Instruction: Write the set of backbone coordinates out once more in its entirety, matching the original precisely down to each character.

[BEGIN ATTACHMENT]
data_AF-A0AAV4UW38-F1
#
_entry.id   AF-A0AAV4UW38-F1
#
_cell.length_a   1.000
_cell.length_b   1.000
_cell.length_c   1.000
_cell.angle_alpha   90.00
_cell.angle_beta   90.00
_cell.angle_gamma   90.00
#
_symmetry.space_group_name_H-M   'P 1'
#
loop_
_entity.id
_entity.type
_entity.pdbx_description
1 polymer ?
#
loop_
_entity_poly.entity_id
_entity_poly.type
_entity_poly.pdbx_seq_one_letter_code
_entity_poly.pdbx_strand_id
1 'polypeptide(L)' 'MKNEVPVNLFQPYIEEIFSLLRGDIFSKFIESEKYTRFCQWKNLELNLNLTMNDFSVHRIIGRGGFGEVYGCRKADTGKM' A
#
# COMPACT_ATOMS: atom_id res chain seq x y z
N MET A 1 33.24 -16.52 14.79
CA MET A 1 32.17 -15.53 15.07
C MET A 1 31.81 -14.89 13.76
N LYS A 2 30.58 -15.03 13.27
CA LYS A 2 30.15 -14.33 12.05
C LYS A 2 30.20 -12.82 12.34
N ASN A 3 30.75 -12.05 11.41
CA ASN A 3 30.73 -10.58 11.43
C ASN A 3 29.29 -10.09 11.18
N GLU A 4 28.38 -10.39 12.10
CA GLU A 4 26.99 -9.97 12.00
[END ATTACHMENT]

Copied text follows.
data_AF-A0AAV4UW38-F1
#
_entry.id   AF-A0AAV4UW38-F1
#
_cell.length_a   1.000
_cell.length_b   1.000
_cell.length_c   1.000
_cell.angle_alpha   90.00
_cell.angle_beta   90.00
_cell.angle_gamma   90.00
#
_symmetry.space_group_name_H-M   'P 1'
#
loop_
_entity.id
_entity.type
_entity.pdbx_description
1 polymer ?
#
loop_
_entity_poly.entity_id
_entity_poly.type
_entity_poly.pdbx_seq_one_letter_code
_entity_poly.pdbx_strand_id
1 'polypeptide(L)' 'MKNEVPVNLFQPYIEEIFSLLRGDIFSKFIESEKYTRFCQWKNLELNLNLTMNDFSVHRIIGRGGFGEVYGCRKADTGKM' A
#
# COMPACT_ATOMS: atom_id res chain seq x y z
N MET A 1 33.24 -16.52 14.79
CA MET A 1 32.17 -15.53 15.07
C MET A 1 31.81 -14.89 13.76
N LYS A 2 30.58 -15.03 13.27
CA LYS A 2 30.15 -14.33 12.05
C LYS A 2 30.20 -12.82 12.34
N ASN A 3 30.75 -12.05 11.41
CA ASN A 3 30.73 -10.58 11.43
C ASN A 3 29.29 -10.09 11.18
N GLU A 4 28.38 -10.39 12.10
CA GLU A 4 26.99 -9.97 12.00